Less We Forget Poppy

The Life and Times of Hubert Brooks M.C. C.D.
A Canadian Hero

Less We Forget Poppy

Chapter 6: Missing Research & Enquiry Service – M.R.E.S.


Image of Norway

The aim of the Norwegian Section like most M.R.E.S. sections, was to try and locate all missing Allied aircrew and aircraft which had been lost over and off the coast of Norway during the war. Alternatively, to try and find some facts concerning the fate of these airmen, missing, believed killed, in order that details could be passed on to next–of–kin.

Page 17 of MRES Report Air 55/65 Ref 6.1 summarizes the Norwegian Search as follows:

Extract from Page 17 of MRES Report Air 55/65 on Norway

The cached document The Formation and Activities of Missing Research and Enquiry Service in Norway summarizes the operation of the MRES in Norway.

As with most organizations there was some politics initially with 88 Group HQ also situated in Oslo which was supposed to provide both accommodation and transport for the MRES but which consistently failed to give adequate support. The MRES team managed to cobble things together but this lack of co–operation hindered initial progress.

As I had found out earlier in the year, there was plenty of work to occupy the Norwegian MRES around Oslo, through Kristiansand and Stavanger to Bergen. The stretch from Kristiansand to Bergen proved to be the most profitable area in Norway then thinning out a bit north of Trondheim, but continuing right around to the Russian border. This was due to the large proportion of aircraft losses as a result of anti–shipping strikes. In a great number of these cases the aircraft and crew have disappeared into the sea and have never been recovered.

The losses were borne mostly by 18 Group – Coastal Command; 38 Group, on supply dropping missions; and Bomber Command and with attacks on the "Tirpitz", bombing aerodromes and factories.

The cases proved difficult owing to the remoteness from civilization of these crashes. Further, with the mountainous terrain of Norway with ever–moving glaciers, spring thaws and mountain streams; a body could be transported considerable distances after death.

Road transportation was a real problem for at least 2 reasons. Even before winter (November to April) set in to make the roads impassable, Norwegian roads at that point in time were somewhat unique. Unlike in any other country, the roads were very tricky, being of poor surface, narrow, winding and steep. Except for in Oslo, it was difficult to average more than 22 m.p.g. . Next the type of vehicles assigned to the unit, Chevrolet Utilities eventually loaned from 88 Group were not always suitable for the operation at hand. Gas for the vehicles was drawn from any British unit still in the district or, failing that, from any unsuspecting Norwegian unit. Often times we requisitioned ex–German cars or even Red Cross vehicles.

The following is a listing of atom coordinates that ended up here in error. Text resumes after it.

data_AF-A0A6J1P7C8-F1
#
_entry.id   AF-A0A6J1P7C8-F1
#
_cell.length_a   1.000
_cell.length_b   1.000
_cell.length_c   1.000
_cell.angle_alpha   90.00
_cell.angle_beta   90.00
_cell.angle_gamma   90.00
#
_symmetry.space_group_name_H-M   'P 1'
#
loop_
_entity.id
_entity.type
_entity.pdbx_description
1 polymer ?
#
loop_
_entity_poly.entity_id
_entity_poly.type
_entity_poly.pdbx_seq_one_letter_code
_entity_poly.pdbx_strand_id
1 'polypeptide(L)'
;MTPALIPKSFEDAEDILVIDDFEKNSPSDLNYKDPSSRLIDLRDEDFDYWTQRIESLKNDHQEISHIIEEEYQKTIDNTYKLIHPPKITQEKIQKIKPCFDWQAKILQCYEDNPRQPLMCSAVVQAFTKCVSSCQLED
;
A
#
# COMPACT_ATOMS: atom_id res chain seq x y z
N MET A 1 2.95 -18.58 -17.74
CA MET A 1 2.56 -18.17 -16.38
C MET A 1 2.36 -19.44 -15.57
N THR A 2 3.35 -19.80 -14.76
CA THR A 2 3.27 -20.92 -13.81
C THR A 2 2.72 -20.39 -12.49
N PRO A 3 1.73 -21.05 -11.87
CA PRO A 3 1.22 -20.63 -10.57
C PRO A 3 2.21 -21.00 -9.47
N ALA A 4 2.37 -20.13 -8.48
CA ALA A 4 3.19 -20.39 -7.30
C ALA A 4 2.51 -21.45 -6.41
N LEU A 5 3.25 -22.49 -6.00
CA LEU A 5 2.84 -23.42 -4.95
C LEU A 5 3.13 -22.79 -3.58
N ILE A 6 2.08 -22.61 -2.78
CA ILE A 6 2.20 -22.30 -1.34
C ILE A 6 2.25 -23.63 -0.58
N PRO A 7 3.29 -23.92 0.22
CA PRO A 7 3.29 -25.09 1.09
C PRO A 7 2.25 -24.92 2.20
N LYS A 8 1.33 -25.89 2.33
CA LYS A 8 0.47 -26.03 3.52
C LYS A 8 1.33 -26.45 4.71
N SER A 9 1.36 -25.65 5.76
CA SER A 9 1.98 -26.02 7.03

I should mention that although the Air Ministry had anticipated that the section would have to stop work during the 1945/1946 winter months and move out of Norway, the Section, with considerable perseverance, continued our work right through the winter in conditions of extreme cold, snow, and covered many thousands of miles over dangerous ice covered roads.

From the Norwegian Air Force we borrowed interpreters, sergeants so that the job could be tackled "properly". Although we had a very good and close working relationship with No. 38 G.R.U. who had their offices a few doors down from us in Oslo, they often didn't have the manpower to support our exhumation efforts. Where it was necessary to do an exhumation, German labor proved to be the best, it being, in the true German style, thorough!

On top of the information taken over from:

  1. 88 Group the MRES in Oslo,
  2. German documents gathered from the Intelligence sections,
  3. War Crimes information,
  4. information from the Red Cross,
  5. and our own P.4 Casualties in London;

we were now receiving answering to a circular letter that had been passed around to authorities such as the police, Lensmen (the equivalent to a sheriff or a mayor of a town or village) and the Milorg (a name derived from their war time Military Organization, the Norwegian underground movement).
Also some answers had been received to advertisements in the papers and on the radio.

The local response was not great but it was a start and eventually led to uncovering many more incidents. Further the normal Norwegian working hours of 9A.M. to 3 P.M. hindered information collection and follow–up.

Report AIR 2/7939 MRES Ref 6.5Report of Investigations in Norway summarizes the cemetery and airmen burial situation in Norway as follows:

Extract from MRES Report Air 2/7939 on Norway


The Life and Times of Hubert Brooks M.C. C.D.

Copyright © 2011, 2012, 2013, 2014, 2015, 2016, 2017, 2018, 2019, 2020, 2021, 2022, 2023, 2024    Ralf Brooks,   All Rights Reserved